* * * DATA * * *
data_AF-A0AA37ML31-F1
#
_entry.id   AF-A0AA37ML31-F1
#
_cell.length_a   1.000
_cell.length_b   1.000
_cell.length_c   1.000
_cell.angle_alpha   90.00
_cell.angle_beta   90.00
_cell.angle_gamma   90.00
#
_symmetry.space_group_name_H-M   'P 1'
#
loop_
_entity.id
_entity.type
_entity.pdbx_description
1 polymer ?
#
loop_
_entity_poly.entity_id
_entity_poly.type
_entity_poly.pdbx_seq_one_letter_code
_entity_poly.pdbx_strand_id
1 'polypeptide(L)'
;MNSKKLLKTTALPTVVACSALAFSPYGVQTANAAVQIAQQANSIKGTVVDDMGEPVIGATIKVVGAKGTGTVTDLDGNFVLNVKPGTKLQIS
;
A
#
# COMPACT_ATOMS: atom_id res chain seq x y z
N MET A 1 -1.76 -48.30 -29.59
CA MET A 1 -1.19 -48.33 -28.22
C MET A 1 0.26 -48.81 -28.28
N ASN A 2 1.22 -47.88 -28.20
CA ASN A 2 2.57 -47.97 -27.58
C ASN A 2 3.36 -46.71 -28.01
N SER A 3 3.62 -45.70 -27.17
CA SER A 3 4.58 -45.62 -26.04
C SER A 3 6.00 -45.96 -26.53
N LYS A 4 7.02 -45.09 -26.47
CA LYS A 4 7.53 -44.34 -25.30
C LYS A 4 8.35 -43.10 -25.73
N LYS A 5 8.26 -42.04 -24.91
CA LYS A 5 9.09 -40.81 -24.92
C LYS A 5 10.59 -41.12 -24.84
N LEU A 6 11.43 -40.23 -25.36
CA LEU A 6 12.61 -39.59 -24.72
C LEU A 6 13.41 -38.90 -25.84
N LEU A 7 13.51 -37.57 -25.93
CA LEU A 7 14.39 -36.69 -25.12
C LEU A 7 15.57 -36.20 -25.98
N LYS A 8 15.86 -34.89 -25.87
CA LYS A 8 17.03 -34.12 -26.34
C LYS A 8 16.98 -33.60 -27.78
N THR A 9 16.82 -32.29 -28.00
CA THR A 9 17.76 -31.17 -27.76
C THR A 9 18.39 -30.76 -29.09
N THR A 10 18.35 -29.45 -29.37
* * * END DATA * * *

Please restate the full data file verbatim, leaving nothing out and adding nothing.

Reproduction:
data_AF-A0AA37ML31-F1
#
_entry.id   AF-A0AA37ML31-F1
#
_cell.length_a   1.000
_cell.length_b   1.000
_cell.length_c   1.000
_cell.angle_alpha   90.00
_cell.angle_beta   90.00
_cell.angle_gamma   90.00
#
_symmetry.space_group_name_H-M   'P 1'
#
loop_
_entity.id
_entity.type
_entity.pdbx_description
1 polymer ?
#
loop_
_entity_poly.entity_id
_entity_poly.type
_entity_poly.pdbx_seq_one_letter_code
_entity_poly.pdbx_strand_id
1 'polypeptide(L)'
;MNSKKLLKTTALPTVVACSALAFSPYGVQTANAAVQIAQQANSIKGTVVDDMGEPVIGATIKVVGAKGTGTVTDLDGNFVLNVKPGTKLQIS
;
A
#
# COMPACT_ATOMS: atom_id res chain seq x y z
N MET A 1 -1.76 -48.30 -29.59
CA MET A 1 -1.19 -48.33 -28.22
C MET A 1 0.26 -48.81 -28.28
N ASN A 2 1.22 -47.88 -28.20
CA ASN A 2 2.57 -47.97 -27.58
C ASN A 2 3.36 -46.71 -28.01
N SER A 3 3.62 -45.70 -27.17
CA SER A 3 4.58 -45.62 -26.04
C SER A 3 6.00 -45.96 -26.53
N LYS A 4 7.02 -45.09 -26.47
CA LYS A 4 7.53 -44.34 -25.30
C LYS A 4 8.35 -43.10 -25.73
N LYS A 5 8.26 -42.04 -24.91
CA LYS A 5 9.09 -40.81 -24.92
C LYS A 5 10.59 -41.12 -24.84
N LEU A 6 11.43 -40.23 -25.36
CA LEU A 6 12.61 -39.59 -24.72
C LEU A 6 13.41 -38.90 -25.84
N LEU A 7 13.51 -37.57 -25.93
CA LEU A 7 14.39 -36.69 -25.12
C LEU A 7 15.57 -36.20 -25.98
N LYS A 8 15.86 -34.89 -25.87
CA LYS A 8 17.03 -34.12 -26.34
C LYS A 8 16.98 -33.60 -27.78
N THR A 9 16.82 -32.29 -28.00
CA THR A 9 17.76 -31.17 -27.76
C THR A 9 18.39 -30.76 -29.09
N THR A 10 18.35 -29.45 -29.37